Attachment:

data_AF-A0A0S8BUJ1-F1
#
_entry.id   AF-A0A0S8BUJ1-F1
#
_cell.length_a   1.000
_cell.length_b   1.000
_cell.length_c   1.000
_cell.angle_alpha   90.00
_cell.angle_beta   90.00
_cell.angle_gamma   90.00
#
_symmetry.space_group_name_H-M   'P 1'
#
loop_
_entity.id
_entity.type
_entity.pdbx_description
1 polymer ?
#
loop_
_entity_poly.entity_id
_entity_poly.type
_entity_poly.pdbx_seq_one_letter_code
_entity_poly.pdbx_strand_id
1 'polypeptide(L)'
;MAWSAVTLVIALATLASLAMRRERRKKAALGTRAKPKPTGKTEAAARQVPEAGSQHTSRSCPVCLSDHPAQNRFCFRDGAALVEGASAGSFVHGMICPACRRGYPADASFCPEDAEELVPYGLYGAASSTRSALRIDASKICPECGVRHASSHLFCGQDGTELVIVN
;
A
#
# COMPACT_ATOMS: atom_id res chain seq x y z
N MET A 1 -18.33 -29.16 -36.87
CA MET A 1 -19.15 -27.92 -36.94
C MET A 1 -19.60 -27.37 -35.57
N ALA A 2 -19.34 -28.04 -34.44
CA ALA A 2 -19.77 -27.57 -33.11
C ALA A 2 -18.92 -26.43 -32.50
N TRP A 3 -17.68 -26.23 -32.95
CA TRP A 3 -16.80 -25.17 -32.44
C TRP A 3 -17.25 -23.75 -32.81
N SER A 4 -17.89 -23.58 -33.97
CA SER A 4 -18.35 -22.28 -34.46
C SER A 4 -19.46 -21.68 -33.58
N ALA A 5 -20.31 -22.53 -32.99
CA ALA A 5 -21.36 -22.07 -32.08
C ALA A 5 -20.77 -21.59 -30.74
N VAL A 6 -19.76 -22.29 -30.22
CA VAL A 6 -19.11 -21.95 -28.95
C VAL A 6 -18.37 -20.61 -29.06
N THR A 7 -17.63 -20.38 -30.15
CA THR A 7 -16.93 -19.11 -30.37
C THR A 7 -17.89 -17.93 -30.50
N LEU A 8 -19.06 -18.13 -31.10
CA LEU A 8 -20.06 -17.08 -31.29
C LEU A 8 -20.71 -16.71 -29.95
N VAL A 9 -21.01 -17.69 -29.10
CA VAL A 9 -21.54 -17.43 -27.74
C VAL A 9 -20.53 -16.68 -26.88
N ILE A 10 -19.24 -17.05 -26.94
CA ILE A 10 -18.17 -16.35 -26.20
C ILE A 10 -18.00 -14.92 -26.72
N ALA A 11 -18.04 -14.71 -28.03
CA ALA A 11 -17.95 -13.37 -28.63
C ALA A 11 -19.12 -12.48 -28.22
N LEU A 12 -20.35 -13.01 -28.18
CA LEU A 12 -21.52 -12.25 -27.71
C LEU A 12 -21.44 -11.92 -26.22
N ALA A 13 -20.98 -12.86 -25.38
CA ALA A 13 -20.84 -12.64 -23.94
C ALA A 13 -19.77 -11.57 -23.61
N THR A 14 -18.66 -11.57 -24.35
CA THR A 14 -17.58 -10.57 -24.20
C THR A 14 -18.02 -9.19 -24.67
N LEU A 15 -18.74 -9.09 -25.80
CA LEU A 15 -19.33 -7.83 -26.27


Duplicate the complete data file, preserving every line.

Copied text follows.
data_AF-A0A0S8BUJ1-F1
#
_entry.id   AF-A0A0S8BUJ1-F1
#
_cell.length_a   1.000
_cell.length_b   1.000
_cell.length_c   1.000
_cell.angle_alpha   90.00
_cell.angle_beta   90.00
_cell.angle_gamma   90.00
#
_symmetry.space_group_name_H-M   'P 1'
#
loop_
_entity.id
_entity.type
_entity.pdbx_description
1 polymer ?
#
loop_
_entity_poly.entity_id
_entity_poly.type
_entity_poly.pdbx_seq_one_letter_code
_entity_poly.pdbx_strand_id
1 'polypeptide(L)'
;MAWSAVTLVIALATLASLAMRRERRKKAALGTRAKPKPTGKTEAAARQVPEAGSQHTSRSCPVCLSDHPAQNRFCFRDGAALVEGASAGSFVHGMICPACRRGYPADASFCPEDAEELVPYGLYGAASSTRSALRIDASKICPECGVRHASSHLFCGQDGTELVIVN
;
A
#
# COMPACT_ATOMS: atom_id res chain seq x y z
N MET A 1 -18.33 -29.16 -36.87
CA MET A 1 -19.15 -27.92 -36.94
C MET A 1 -19.60 -27.37 -35.57
N ALA A 2 -19.34 -28.04 -34.44
CA ALA A 2 -19.77 -27.57 -33.11
C ALA A 2 -18.92 -26.43 -32.50
N TRP A 3 -17.68 -26.23 -32.95
CA TRP A 3 -16.80 -25.17 -32.44
C TRP A 3 -17.25 -23.75 -32.81
N SER A 4 -17.89 -23.58 -33.97
CA SER A 4 -18.35 -22.28 -34.46
C SER A 4 -19.46 -21.68 -33.58
N ALA A 5 -20.31 -22.53 -32.99
CA ALA A 5 -21.36 -22.07 -32.08
C ALA A 5 -20.77 -21.59 -30.74
N VAL A 6 -19.76 -22.29 -30.22
CA VAL A 6 -19.11 -21.95 -28.95
C VAL A 6 -18.37 -20.61 -29.06
N THR A 7 -17.63 -20.38 -30.15
CA THR A 7 -16.93 -19.11 -30.37
C THR A 7 -17.89 -17.93 -30.50
N LEU A 8 -19.06 -18.13 -31.10
CA LEU A 8 -20.06 -17.08 -31.29
C LEU A 8 -20.71 -16.71 -29.95
N VAL A 9 -21.01 -17.69 -29.10
CA VAL A 9 -21.54 -17.43 -27.74
C VAL A 9 -20.53 -16.68 -26.88
N ILE A 10 -19.24 -17.05 -26.94
CA ILE A 10 -18.17 -16.35 -26.20
C ILE A 10 -18.00 -14.92 -26.72
N ALA A 11 -18.04 -14.71 -28.03
CA ALA A 11 -17.95 -13.37 -28.63
C ALA A 11 -19.12 -12.48 -28.22
N LEU A 12 -20.35 -13.01 -28.18
CA LEU A 12 -21.52 -12.25 -27.71
C LEU A 12 -21.44 -11.92 -26.22
N ALA A 13 -20.98 -12.86 -25.38
CA ALA A 13 -20.84 -12.64 -23.94
C ALA A 13 -19.77 -11.57 -23.61
N THR A 14 -18.66 -11.57 -24.35
CA THR A 14 -17.58 -10.57 -24.20
C THR A 14 -18.02 -9.19 -24.67
N LEU A 15 -18.74 -9.09 -25.80
CA LEU A 15 -19.33 -7.83 -26.27